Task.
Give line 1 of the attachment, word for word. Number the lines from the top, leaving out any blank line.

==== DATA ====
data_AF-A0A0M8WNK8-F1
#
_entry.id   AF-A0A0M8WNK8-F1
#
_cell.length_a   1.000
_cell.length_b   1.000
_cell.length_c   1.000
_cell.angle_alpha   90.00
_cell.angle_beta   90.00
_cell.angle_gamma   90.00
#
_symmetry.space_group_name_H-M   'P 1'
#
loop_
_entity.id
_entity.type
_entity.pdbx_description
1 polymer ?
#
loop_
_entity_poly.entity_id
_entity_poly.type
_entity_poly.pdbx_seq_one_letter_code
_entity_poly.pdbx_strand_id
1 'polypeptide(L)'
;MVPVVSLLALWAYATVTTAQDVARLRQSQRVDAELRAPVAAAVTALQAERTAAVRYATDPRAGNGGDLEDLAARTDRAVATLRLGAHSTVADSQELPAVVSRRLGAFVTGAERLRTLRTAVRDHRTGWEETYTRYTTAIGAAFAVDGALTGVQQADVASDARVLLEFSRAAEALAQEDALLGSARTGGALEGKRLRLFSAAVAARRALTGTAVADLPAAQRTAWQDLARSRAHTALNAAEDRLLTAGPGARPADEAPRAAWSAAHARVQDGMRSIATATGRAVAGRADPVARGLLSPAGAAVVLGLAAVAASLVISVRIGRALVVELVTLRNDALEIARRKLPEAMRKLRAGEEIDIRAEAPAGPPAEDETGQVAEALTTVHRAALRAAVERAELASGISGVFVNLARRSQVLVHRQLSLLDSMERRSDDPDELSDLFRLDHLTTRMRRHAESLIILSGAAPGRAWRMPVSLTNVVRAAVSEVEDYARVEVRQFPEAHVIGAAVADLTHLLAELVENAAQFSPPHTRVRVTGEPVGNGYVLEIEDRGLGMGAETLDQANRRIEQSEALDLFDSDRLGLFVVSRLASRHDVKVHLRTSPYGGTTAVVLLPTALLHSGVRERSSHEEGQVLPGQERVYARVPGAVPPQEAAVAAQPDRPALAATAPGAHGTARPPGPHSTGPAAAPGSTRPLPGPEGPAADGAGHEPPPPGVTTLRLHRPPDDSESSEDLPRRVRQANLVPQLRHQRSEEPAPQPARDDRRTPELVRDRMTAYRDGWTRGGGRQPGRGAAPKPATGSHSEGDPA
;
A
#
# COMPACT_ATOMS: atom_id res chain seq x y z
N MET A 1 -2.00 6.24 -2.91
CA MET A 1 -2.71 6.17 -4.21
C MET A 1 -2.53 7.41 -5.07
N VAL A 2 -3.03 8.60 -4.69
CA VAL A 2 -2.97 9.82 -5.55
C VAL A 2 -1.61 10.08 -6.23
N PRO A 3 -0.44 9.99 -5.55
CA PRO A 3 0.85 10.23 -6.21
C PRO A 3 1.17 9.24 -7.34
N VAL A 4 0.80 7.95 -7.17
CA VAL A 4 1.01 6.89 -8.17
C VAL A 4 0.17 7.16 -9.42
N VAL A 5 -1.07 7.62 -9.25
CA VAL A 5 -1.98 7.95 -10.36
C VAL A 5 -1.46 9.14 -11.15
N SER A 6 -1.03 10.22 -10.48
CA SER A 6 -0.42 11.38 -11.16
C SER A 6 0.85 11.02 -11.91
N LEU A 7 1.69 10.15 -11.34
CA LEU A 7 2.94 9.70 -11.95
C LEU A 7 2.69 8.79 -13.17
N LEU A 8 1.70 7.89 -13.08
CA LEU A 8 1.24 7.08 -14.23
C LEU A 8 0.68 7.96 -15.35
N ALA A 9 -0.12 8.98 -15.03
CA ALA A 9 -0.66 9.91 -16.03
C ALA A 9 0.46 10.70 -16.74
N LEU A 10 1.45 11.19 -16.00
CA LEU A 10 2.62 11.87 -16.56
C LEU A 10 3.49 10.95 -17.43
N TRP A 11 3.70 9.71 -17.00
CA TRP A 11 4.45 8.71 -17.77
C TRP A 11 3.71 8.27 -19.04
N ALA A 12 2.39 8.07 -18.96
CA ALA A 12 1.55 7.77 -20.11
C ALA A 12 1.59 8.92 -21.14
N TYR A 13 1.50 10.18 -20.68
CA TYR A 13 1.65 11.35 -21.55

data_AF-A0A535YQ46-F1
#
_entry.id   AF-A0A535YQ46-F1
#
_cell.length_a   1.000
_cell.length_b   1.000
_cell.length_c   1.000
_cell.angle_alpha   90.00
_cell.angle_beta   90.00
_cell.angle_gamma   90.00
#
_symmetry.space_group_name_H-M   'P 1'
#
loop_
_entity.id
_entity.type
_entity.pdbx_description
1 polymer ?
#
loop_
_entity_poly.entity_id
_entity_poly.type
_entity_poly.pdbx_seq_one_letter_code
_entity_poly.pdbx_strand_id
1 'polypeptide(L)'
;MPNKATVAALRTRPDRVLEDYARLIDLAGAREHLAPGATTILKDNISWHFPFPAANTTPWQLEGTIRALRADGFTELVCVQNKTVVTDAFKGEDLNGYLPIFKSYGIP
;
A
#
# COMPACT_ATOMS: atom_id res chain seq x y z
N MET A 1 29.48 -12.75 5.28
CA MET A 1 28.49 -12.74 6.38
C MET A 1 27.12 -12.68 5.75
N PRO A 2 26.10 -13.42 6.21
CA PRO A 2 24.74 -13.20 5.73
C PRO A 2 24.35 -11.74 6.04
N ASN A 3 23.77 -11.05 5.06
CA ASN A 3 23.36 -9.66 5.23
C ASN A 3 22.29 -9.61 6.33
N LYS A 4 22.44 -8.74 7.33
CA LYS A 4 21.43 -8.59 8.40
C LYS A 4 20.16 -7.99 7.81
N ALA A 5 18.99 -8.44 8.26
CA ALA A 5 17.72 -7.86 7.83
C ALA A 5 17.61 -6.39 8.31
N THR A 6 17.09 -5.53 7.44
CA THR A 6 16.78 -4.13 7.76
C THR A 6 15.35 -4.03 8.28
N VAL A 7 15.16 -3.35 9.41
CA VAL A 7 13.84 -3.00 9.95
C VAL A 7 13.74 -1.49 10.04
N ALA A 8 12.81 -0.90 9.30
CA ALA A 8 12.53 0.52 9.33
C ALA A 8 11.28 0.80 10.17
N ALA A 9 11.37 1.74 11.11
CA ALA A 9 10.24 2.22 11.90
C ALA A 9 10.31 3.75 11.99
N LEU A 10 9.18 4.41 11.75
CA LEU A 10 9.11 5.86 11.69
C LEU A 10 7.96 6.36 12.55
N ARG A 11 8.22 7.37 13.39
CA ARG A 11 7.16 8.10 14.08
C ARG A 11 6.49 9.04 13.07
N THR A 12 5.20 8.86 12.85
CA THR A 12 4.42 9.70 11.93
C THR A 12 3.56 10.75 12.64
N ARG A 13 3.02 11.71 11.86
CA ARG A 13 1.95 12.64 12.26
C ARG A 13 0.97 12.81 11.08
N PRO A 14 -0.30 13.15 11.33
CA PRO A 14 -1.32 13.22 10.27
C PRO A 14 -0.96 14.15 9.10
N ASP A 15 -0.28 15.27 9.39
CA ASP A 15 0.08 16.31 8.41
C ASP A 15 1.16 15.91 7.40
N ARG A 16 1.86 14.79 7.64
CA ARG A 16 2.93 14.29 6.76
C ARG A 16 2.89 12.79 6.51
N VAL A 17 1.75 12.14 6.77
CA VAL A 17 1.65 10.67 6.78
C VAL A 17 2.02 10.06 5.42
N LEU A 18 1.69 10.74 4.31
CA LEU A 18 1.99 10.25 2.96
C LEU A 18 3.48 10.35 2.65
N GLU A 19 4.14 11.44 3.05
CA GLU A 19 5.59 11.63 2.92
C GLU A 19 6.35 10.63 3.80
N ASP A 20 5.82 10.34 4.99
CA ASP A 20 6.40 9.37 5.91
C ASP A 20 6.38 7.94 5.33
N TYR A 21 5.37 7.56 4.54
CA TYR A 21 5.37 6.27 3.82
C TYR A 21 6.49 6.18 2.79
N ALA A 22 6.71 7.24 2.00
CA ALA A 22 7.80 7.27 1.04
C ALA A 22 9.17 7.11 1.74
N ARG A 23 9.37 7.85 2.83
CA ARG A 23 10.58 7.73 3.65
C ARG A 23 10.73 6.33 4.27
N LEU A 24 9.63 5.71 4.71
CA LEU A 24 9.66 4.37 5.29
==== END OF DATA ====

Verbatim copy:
data_AF-A0A0M8WNK8-F1